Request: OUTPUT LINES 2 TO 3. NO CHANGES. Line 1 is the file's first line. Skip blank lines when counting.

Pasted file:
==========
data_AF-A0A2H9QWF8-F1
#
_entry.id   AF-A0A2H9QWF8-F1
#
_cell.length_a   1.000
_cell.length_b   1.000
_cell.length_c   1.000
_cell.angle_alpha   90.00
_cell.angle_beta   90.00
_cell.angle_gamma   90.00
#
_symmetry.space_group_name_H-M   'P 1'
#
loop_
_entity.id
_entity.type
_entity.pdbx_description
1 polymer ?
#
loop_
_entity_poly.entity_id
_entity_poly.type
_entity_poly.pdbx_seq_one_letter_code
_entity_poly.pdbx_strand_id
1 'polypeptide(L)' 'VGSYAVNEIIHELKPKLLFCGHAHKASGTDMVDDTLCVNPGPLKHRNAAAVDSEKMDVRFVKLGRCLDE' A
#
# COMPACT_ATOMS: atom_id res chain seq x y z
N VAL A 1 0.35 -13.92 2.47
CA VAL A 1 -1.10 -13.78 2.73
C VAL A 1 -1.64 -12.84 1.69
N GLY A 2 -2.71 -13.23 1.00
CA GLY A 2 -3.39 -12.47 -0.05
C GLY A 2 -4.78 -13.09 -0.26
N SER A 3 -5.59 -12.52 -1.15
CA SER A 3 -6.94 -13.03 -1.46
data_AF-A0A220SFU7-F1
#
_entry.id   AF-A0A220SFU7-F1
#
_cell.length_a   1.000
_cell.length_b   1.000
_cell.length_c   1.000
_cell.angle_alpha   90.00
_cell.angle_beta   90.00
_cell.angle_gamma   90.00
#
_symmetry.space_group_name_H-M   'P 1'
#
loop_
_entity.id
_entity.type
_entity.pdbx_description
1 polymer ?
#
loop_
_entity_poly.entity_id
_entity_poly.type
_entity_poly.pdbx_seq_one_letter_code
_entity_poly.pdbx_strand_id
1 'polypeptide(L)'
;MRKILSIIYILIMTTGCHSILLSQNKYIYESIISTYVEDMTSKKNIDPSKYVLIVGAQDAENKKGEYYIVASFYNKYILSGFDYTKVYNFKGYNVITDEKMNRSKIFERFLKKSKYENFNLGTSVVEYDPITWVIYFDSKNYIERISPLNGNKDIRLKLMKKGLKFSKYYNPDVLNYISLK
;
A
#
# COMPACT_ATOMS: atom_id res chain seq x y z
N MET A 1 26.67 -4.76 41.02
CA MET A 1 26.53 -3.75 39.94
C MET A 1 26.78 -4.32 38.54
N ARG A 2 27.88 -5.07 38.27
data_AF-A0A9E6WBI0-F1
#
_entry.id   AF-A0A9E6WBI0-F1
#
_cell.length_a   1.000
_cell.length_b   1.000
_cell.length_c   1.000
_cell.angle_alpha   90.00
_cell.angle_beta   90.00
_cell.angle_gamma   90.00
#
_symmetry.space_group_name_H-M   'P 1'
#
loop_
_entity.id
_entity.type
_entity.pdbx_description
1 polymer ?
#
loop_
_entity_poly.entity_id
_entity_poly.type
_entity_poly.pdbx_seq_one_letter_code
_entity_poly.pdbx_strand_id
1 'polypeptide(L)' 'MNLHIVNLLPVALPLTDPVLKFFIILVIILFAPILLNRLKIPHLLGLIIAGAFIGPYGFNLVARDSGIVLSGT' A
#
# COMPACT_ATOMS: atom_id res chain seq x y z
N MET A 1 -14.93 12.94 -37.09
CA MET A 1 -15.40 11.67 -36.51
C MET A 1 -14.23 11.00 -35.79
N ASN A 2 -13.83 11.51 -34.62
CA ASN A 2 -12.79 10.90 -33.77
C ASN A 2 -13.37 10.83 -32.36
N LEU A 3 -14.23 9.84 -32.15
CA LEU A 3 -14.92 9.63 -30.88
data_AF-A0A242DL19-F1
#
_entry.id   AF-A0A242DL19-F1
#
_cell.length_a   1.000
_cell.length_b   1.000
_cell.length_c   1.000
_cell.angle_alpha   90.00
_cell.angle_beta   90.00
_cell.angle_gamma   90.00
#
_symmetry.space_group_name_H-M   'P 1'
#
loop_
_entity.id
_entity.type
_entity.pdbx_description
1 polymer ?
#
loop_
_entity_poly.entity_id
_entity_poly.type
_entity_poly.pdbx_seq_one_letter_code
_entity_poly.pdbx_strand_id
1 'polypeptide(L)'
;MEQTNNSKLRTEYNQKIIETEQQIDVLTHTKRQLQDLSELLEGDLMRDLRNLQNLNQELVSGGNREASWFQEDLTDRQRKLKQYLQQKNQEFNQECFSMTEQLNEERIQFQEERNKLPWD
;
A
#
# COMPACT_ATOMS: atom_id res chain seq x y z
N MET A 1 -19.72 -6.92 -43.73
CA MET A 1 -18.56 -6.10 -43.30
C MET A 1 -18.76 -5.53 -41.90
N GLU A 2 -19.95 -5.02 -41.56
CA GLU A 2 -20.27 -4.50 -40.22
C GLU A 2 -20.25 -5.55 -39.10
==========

#
_entry.id   AF-A0A2H9QWF8-F1